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There’s a mirror above my bedroom dresser, and I stop to look at myself in it. My eyes are only about half open. The crease between my brows appears to have deepened since just yesterday. I look tired and somehow older, like three years have passed since I went to bed last night. As I stand there my eyes begin to drift out of focus, the image in front of me blurring, as if there were something to see beyond the mirror, something more real than this.

Eventually I realize I have to do something. A whole day is stretched in front of me, almost eight hours before Gloria will walk through the door and ask how my day went. I have to figure out how I’m going to tell her I was fired without her freaking out. I have to start looking for another job.

Or do I?

I walk into the hallway and reactivate the security alarm and shut all the window blinds in the house. Just because I found an iron instead of an intruder in the closet doesn’t mean they aren’t watching.

Then I sit in front of the computer and Google the Ant Farm game. The blue orb appears again, and when I click it a new page appears, a form asking for personal information. I type Thomas in the FIRST NAME field and Phillips in the LAST NAME field. I enter my email address (, pick a password, and then enter my true AGE, SEX, CITY, and STATE. The final field is optional, which is MYSPACE/FACEBOOK/PERSONAL URL. I key in: I have a blog, too, aptly titled “Insanity Is in the Mind of the Beholder,” but I don’t see anywhere to add that. Finally I click SUBMIT, and a window pops up displaying the name of the file, antfarm.exe, along with a message asking if I want to save the file or open it.

I click “open.”

The ant farm file is so large that even with my lightning-fast broadband connection the estimated download time is thirty-one minutes. While I wait I think of the work I should be doing right now, compiling search engine statistics and building charts with them. I have this feeling, this guilty feeling, that I’ve made a huge mistake. Because after all, I’m at home on a workday downloading a computer game that is supposed to help me understand what is wrong with the world. Intellectually I realize how misguided my actions are, but somehow knowing that is not enough. Knowing that doesn’t mute the voices in my head, it doesn’t erase the pictures I keep seeing.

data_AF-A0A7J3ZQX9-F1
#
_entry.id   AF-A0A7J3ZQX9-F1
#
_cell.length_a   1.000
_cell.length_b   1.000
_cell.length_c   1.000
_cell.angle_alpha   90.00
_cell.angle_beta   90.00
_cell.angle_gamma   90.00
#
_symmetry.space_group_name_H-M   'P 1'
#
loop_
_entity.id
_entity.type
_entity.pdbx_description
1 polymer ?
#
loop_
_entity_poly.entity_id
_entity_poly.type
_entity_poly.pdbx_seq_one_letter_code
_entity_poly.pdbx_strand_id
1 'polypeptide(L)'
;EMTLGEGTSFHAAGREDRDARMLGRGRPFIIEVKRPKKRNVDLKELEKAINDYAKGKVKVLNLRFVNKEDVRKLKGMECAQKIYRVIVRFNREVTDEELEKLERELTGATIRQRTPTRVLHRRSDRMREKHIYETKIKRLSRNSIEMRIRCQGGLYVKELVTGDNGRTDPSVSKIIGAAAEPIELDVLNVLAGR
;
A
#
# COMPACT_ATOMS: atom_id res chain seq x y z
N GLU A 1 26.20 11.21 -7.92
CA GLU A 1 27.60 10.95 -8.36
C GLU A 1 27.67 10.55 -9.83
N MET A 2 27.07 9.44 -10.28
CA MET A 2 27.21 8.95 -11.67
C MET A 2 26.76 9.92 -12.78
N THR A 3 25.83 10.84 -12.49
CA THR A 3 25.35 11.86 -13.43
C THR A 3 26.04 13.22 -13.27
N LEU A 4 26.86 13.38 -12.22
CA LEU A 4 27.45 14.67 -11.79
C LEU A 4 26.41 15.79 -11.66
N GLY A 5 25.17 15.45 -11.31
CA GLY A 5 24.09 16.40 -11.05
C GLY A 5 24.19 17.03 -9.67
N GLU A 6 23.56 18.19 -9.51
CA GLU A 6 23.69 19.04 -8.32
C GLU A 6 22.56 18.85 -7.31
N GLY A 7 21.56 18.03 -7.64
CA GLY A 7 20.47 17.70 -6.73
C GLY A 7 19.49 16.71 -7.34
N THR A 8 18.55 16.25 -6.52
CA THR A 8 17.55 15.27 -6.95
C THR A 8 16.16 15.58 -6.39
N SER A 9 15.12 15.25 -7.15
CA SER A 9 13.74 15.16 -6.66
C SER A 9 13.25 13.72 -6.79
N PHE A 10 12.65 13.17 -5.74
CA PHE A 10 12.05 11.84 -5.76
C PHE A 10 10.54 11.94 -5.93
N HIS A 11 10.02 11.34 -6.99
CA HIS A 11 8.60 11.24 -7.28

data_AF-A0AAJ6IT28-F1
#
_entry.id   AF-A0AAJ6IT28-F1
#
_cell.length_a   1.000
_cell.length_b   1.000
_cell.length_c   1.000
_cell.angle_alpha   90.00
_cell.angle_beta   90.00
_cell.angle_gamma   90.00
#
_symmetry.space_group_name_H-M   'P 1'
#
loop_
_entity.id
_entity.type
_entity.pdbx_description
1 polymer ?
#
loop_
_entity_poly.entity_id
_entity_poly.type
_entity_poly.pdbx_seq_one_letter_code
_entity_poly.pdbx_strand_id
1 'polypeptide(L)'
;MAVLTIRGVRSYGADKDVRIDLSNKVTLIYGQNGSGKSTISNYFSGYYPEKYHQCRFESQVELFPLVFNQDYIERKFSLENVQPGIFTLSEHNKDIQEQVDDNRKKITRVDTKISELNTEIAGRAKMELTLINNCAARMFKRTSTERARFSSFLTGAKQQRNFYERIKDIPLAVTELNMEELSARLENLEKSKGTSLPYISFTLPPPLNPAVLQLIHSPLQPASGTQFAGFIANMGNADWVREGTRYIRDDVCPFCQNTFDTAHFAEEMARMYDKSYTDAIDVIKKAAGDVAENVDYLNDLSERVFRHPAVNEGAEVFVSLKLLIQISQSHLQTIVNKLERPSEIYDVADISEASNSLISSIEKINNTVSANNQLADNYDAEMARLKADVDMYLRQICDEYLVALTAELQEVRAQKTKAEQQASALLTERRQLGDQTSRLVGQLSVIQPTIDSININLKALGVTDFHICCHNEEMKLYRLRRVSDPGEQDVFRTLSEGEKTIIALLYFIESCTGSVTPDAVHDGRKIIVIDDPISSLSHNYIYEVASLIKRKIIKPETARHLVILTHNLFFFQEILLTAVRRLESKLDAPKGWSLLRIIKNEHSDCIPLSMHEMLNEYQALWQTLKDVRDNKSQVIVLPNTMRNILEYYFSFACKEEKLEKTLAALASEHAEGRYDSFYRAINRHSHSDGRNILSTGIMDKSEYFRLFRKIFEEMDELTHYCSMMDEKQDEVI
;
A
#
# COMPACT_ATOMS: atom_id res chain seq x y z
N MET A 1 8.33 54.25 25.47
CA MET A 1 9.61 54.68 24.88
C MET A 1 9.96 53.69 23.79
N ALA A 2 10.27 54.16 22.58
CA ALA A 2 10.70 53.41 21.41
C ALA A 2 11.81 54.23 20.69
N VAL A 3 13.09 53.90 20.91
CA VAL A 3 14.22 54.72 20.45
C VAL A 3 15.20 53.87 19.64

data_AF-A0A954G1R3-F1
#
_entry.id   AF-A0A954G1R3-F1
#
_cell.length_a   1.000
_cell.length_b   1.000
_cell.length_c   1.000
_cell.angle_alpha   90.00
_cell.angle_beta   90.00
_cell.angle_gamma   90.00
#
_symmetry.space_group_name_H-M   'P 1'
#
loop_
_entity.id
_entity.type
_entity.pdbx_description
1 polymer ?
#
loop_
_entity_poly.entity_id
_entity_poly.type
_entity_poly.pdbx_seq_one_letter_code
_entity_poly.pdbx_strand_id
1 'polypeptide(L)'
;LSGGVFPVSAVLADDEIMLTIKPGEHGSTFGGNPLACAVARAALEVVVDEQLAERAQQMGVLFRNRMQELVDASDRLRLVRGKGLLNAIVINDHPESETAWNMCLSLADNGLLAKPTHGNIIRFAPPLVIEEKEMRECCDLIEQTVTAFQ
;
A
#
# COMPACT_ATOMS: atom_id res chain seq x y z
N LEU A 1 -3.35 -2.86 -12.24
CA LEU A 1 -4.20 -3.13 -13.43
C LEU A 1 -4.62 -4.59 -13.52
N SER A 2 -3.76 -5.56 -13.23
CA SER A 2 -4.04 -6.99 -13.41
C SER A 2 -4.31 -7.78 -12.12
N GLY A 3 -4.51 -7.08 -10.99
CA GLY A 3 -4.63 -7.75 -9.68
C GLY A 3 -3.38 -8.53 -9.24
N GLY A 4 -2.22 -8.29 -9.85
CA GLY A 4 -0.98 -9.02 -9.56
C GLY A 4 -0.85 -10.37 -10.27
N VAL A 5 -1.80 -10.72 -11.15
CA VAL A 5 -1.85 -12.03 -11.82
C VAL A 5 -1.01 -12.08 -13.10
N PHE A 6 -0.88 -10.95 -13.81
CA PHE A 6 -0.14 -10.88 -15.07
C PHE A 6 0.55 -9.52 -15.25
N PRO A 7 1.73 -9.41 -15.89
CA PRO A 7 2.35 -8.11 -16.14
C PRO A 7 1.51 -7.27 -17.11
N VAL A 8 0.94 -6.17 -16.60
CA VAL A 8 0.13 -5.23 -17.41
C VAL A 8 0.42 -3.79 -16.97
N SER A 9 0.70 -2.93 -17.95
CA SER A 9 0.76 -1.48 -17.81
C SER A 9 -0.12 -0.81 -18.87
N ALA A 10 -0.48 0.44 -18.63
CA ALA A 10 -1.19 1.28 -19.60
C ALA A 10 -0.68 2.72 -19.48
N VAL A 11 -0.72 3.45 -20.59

Like a bridge and a man in a Stetson hat. Like the concrete walls of a supermax prison cell. I wonder how I’m ever going to get out of this prison, this black iron prison. Dick said the truth was in numbers. Does he hear the numbers, too? Like three and one and four and one and five…

It’s hot in this house. I feel itchy. I’m absolutely convinced someone is watching me, and now I’m beginning to wonder if maybe everyone is watching me.

I mean everyone.

Including you.

From the hallway I hear a sound. A creaking baseboard. Fear pours into my arms, strokes my neck, like a bad dream, and I slowly swivel the chair around, certain someone will be standing there. Certain that you will be there.

But no one is there.

I stare at the doorway, waiting for the intruder to show his face, until finally the computer chimes. I turn back around and realize the file has finished downloading. A splash screen appears with that same photo of the Mayan temple and the crawling ants. At the bottom of this image is some text that says: Install Ant Farm 2.0.

This process takes another several minutes, during which I force myself not to get up and search the house for intruders again.

Finally the game loads. The first thing to appear is an Earth-like planet against a backdrop of space and stars, and in front of that, this message appears:

Thank you for downloading Ant Farm 2.0, the sim that makes YOU a god. While there are many simulation games on the market today, Ant Farm 2.0 is the only one that puts the power of belief systems at your fingertips!